For an hour in the morning and another in the evening, I have the distinct honor of riding the BART to work. I wisely spend that time answering work emails, reading food blogs, and scrolling through Instagram. Oh, and I people watch because golly, the most “interesting” things happen on BART. Like the time a Paris Hilton look-alike demanded a separate seat for her tiny chihuahua on the crushingly crowded morning commute where people have lost limbs trying to score the last seat. Oh, or the time some guy thought he was Kanye West’s double and insisted on rapping the whole way. Leather pants and all.
But aside from the BART characters, the overwhelmingly majority of people have a glazed expression on their faces as they stare at their phones or in the distance. More often than not, the air is rife with a general apathy (and the smell of old laundry). Occasionally, someone will get on with a laughing baby and no one will look up. Or an elderly person will get on and no one will bother to offer a seat. It’s truly apathy at its finest and that nothingness is so much worse than actual anger or malice because being malicious requires some effort. Some thought. But to do nothing is an indication that you just don’t care and that is truly concerning.
My son loves running around in circles. I mean that literally. He’ll grab a favorite hat or bear and sing and dance while running in circles through the house. As great as he finds it, I personally do not like running around in circles. And yet this is exactly what I’ve been doing for the past three months with my insurance company. Due to an error on their end, my son’s claim did not get processed properly, leaving us to foot the bill. They acknowledge their error, advise us to do XYZ, and then weeks later, say whoops! We were supposed to actually do ABC, and then we run in circles again once more.
It’s not the end of the world. Sure, I’d rather spend the money on a nice outfit and some shoes. Or a lavish meal at a fufu steakhouse. Or fifteen orders of Vietnamese Pho. But at the end of the day, worst case scenario, if we have to pay it, the sky will not collapse upon our heads. It’s just frustrating. Unfairness is frustrating. Being on the phone with a squirmy baby, a hollering toddler belting out twinkle twinkle little star with the intensity paralleled only by a Metallica concert, while getting transferred from department to department until I’m back where I started – I might as well have had a conversation with my bathroom mirror for all the good this did me. Not a fun way to start off my morning.
I know some people are naturally centered and calm in the face of stresses both big and small, but I remain a work-in-progress as my natural inclination is to feel a hard knot of frustration building in my chest that even twenty-five koala bears doing incredibly cute things like chewing bamboo shoots while batting their eyes could not properly diffuse. And the problem with the frustration isn’t the frustrating thing itself, but the domino effect it can have on a day.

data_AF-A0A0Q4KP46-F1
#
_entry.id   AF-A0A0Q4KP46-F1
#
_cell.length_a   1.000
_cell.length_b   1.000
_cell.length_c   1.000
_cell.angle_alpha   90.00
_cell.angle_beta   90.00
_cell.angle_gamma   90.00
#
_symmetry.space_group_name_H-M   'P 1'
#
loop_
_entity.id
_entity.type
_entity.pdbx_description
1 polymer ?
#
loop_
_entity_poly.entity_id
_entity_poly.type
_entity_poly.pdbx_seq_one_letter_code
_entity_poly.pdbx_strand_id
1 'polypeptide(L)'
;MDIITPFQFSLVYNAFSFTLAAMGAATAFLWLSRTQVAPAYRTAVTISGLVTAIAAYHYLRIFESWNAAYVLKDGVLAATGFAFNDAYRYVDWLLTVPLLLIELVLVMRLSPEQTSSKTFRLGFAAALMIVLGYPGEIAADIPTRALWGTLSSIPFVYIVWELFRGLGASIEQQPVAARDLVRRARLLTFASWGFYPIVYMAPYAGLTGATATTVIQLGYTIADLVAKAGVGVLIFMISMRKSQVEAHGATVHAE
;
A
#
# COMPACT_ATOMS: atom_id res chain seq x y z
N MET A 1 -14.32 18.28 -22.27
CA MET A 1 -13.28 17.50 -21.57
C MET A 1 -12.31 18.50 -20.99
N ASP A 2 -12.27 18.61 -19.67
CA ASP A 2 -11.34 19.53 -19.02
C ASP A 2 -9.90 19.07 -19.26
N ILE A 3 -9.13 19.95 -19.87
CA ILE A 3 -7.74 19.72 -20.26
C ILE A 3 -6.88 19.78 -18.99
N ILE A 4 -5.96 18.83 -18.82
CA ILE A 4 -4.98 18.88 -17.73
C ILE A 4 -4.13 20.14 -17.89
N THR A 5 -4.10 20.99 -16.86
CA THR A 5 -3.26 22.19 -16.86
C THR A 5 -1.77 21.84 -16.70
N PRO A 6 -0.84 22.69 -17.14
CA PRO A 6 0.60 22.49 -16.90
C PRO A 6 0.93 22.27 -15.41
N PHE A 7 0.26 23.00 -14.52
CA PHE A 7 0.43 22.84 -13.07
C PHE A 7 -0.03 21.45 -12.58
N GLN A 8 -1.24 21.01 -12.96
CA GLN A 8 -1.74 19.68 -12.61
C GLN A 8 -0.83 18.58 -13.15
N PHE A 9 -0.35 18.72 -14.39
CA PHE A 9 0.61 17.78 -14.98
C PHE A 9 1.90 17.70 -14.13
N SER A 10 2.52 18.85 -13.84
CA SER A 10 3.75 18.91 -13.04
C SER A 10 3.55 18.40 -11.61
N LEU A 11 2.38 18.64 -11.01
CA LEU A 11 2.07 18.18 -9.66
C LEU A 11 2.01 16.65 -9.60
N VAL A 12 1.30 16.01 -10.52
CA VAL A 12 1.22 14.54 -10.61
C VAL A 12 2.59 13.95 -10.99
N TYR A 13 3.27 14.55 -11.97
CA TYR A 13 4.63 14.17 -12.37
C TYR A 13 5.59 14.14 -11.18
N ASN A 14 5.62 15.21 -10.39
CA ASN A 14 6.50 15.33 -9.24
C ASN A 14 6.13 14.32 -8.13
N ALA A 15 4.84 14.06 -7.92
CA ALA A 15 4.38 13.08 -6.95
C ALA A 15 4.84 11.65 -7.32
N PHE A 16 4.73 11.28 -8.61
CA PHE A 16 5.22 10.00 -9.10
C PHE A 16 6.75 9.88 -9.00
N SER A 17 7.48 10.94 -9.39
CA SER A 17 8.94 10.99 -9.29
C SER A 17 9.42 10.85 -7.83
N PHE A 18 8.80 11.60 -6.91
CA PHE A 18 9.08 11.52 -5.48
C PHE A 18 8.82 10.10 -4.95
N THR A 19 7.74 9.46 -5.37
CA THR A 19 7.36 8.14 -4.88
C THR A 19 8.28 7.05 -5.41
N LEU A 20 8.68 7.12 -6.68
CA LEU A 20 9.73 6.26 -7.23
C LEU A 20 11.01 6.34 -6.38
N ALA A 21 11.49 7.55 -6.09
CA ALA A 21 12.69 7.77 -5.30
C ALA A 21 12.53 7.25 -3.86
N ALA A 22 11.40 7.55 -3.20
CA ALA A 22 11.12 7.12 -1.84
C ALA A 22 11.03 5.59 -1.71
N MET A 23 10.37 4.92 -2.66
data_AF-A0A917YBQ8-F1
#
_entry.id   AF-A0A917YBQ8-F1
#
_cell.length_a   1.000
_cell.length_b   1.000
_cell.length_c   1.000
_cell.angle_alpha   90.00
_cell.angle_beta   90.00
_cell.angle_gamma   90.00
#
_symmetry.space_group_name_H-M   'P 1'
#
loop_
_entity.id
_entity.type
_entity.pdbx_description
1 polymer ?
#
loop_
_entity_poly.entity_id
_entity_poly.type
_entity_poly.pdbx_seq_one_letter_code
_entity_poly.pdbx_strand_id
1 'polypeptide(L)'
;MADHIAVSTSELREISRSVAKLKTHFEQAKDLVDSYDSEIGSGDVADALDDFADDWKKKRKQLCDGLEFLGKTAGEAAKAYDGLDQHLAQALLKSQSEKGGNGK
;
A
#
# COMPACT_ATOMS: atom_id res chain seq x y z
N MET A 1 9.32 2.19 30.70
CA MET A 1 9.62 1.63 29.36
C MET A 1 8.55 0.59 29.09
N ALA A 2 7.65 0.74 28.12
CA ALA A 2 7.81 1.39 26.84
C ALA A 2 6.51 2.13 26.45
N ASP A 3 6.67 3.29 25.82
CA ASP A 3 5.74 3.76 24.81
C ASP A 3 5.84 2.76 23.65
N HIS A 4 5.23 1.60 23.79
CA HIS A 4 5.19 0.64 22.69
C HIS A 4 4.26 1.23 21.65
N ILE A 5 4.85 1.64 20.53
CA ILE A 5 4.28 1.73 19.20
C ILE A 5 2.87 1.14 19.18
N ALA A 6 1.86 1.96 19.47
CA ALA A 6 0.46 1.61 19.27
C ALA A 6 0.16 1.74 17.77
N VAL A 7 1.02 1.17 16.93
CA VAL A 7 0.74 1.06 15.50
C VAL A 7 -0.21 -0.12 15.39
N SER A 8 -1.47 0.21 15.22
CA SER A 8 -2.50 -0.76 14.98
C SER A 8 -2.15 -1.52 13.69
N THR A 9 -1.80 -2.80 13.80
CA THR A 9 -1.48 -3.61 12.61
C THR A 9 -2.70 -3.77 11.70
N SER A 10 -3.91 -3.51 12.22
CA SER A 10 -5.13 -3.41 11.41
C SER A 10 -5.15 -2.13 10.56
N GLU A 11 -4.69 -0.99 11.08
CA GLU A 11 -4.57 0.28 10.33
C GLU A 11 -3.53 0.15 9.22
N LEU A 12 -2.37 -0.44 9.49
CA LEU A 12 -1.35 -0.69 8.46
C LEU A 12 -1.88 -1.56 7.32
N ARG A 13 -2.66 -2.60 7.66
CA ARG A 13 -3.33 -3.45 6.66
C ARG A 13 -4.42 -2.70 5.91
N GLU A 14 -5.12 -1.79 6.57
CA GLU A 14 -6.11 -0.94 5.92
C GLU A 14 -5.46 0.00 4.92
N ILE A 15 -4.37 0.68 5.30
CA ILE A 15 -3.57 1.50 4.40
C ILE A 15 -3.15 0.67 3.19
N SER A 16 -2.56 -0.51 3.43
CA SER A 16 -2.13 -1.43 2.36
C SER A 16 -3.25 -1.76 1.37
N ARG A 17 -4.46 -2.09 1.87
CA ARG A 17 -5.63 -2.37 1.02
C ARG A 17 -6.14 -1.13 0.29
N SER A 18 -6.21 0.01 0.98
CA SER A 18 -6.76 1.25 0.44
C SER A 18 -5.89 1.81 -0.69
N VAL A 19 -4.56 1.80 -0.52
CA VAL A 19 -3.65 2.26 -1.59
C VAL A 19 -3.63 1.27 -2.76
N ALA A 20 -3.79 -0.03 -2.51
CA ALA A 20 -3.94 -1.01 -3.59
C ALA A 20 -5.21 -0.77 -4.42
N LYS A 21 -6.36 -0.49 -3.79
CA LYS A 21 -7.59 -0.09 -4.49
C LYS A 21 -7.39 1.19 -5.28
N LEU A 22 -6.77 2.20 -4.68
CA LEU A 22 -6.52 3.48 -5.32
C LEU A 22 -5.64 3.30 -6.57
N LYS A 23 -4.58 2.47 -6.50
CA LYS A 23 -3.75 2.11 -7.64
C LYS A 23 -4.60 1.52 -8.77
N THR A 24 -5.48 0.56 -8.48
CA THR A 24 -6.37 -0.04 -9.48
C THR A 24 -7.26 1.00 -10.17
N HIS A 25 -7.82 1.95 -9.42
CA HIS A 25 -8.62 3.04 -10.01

I often wonder about love after death.
After the bodies are buried, janazas are done, and people become memories – how do we love souls then? Is it in the past, like a faded memory? Does loving end when the grief ends? Can we continue to love, and have our lives shaped by that love, after the person is gone? What if…. they never actually really leave? How do we love through transitions into the hereafter?
This past July, I went to South Asia to caretake (“babysit”) my maternal grandfather for a couple of weeks while my aunt was out of town on business. He was a strong, tall, gregarious man, always the center of attention. He had just had his 86th birthday, and aging had taken its toll after the recent deaths of my Nani and two years later, my Ammu.
All I heard was the word “friends”.
Everything after that was muffled. To be quite honest, I wasn’t really listening. He could have told me the building was on fire and I would have just kept smiling and nodding.
I was in the friends zone.
Maybe intentionally. Maybe not.
Regardless it was a smack in the face. I thought this is how Biz Markie must have felt. I should have just busted out in rhymes in the middle of the restaurant.
I zoned back into the conversation. As arrogant as it might be perceived I had enough friends and I didn’t want anymore. If my lips could have uttered what my mind was thinking than that is what I would have said. I was looking for a husband, not anymore friends.
I couldn’t say that, it would have sounded absolutely ridiculous.
I recently decided to step back from actively searching for someone to marry. I’m serious and interested, but aspects of the Muslim matchmaking process are strange for me.
I lost my beloved wife, Joan, just over a year ago. The prospect of starting over with someone new after sixteen years of marriage is daunting. I am a forty-year-old white American male, but I am also Muslim. Some readers may respond, “So what?” But I’ve discovered that when you are a member of a minority, your identity markers have real impact. And, with 1.7 billion Muslims globally, a lot of cultural practices get mixed into love and (re)marriage.
As a Muslim convert, I have to navigate different cultural spaces to find a Muslim partner. On top of that, I have a biracial and transcultural son. These variables create a mix of opportunity and chaos.